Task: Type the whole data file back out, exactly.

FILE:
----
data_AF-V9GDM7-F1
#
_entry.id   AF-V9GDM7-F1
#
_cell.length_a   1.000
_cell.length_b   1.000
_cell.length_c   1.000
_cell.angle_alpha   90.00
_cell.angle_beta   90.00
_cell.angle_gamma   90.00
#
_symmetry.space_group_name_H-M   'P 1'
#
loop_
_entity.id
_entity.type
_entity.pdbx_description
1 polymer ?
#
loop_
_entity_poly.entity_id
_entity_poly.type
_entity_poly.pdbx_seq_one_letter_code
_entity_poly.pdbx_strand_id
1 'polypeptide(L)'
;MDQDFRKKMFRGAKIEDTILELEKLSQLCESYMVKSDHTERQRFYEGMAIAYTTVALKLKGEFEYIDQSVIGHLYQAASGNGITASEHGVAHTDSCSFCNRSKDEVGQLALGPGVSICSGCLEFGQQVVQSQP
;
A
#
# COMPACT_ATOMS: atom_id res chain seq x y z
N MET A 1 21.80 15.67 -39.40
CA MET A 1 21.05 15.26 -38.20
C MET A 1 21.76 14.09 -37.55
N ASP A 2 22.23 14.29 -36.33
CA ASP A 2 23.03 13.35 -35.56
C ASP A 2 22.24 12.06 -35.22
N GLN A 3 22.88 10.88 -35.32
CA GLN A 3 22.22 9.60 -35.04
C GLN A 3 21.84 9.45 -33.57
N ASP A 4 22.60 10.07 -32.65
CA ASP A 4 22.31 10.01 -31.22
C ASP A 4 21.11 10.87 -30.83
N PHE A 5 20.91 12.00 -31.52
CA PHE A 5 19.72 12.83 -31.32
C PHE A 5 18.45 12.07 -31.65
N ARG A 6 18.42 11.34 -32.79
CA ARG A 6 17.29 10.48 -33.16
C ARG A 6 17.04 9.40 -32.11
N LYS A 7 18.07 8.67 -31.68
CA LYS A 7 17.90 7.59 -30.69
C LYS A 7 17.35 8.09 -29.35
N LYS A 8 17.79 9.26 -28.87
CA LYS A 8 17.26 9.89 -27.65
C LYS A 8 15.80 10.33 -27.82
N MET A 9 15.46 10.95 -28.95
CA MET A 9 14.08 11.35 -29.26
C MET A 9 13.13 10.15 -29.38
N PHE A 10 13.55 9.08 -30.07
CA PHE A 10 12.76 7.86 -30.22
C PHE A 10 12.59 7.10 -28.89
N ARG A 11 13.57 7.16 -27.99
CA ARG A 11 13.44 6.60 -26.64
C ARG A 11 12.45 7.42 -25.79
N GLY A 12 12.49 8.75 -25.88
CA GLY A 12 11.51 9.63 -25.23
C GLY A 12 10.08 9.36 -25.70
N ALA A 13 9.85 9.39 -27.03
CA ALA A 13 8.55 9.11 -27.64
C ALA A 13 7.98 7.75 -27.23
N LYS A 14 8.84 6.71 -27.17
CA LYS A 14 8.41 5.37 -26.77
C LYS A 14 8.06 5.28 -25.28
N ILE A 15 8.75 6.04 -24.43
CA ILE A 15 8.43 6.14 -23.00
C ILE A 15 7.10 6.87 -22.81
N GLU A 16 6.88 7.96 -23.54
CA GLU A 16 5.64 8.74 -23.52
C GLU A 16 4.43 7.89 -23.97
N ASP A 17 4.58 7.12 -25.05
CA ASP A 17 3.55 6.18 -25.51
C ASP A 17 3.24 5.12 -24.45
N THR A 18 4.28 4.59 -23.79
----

data_AF-V9GDM7-F1
#
_entry.id   AF-V9GDM7-F1
#
_cell.length_a   1.000
_cell.length_b   1.000
_cell.length_c   1.000
_cell.angle_alpha   90.00
_cell.angle_beta   90.00
_cell.angle_gamma   90.00
#
_symmetry.space_group_name_H-M   'P 1'
#
loop_
_entity.id
_entity.type
_entity.pdbx_description
1 polymer ?
#
loop_
_entity_poly.entity_id
_entity_poly.type
_entity_poly.pdbx_seq_one_letter_code
_entity_poly.pdbx_strand_id
1 'polypeptide(L)'
;MDQDFRKKMFRGAKIEDTILELEKLSQLCESYMVKSDHTERQRFYEGMAIAYTTVALKLKGEFEYIDQSVIGHLYQAASGNGITASEHGVAHTDSCSFCNRSKDEVGQLALGPGVSICSGCLEFGQQVVQSQP
;
A
#
# COMPACT_ATOMS: atom_id res chain seq x y z
N MET A 1 21.80 15.67 -39.40
CA MET A 1 21.05 15.26 -38.20
C MET A 1 21.76 14.09 -37.55
N ASP A 2 22.23 14.29 -36.33
CA ASP A 2 23.03 13.35 -35.56
C ASP A 2 22.24 12.06 -35.22
N GLN A 3 22.88 10.88 -35.32
CA GLN A 3 22.22 9.60 -35.04
C GLN A 3 21.84 9.45 -33.57
N ASP A 4 22.60 10.07 -32.65
CA ASP A 4 22.31 10.01 -31.22
C ASP A 4 21.11 10.87 -30.83
N PHE A 5 20.91 12.00 -31.52
CA PHE A 5 19.72 12.83 -31.32
C PHE A 5 18.45 12.07 -31.65
N ARG A 6 18.42 11.34 -32.79
CA ARG A 6 17.29 10.48 -33.16
C ARG A 6 17.04 9.40 -32.11
N LYS A 7 18.07 8.67 -31.68
CA LYS A 7 17.90 7.59 -30.69
C LYS A 7 17.35 8.09 -29.35
N LYS A 8 17.79 9.26 -28.87
CA LYS A 8 17.26 9.89 -27.65
C LYS A 8 15.80 10.33 -27.82
N MET A 9 15.46 10.95 -28.95
CA MET A 9 14.08 11.35 -29.26
C MET A 9 13.13 10.15 -29.38
N PHE A 10 13.55 9.08 -30.07
CA PHE A 10 12.76 7.86 -30.22
C PHE A 10 12.59 7.10 -28.89
N ARG A 11 13.57 7.16 -27.99
CA ARG A 11 13.44 6.60 -26.64
C ARG A 11 12.45 7.42 -25.79
N GLY A 12 12.49 8.75 -25.88
CA GLY A 12 11.51 9.63 -25.23
C GLY A 12 10.08 9.36 -25.70
N ALA A 13 9.85 9.39 -27.03
CA ALA A 13 8.55 9.11 -27.64
C ALA A 13 7.98 7.75 -27.23
N LYS A 14 8.84 6.71 -27.17
CA LYS A 14 8.41 5.37 -26.77
C LYS A 14 8.06 5.28 -25.28
N ILE A 15 8.75 6.04 -24.43
CA ILE A 15 8.43 6.14 -23.00
C ILE A 15 7.10 6.87 -22.81
N GLU A 16 6.88 7.96 -23.54
CA GLU A 16 5.64 8.74 -23.52
C GLU A 16 4.43 7.89 -23.97
N ASP A 17 4.58 7.12 -25.05
CA ASP A 17 3.55 6.18 -25.51
C ASP A 17 3.24 5.12 -24.45
N THR A 18 4.28 4.59 -23.79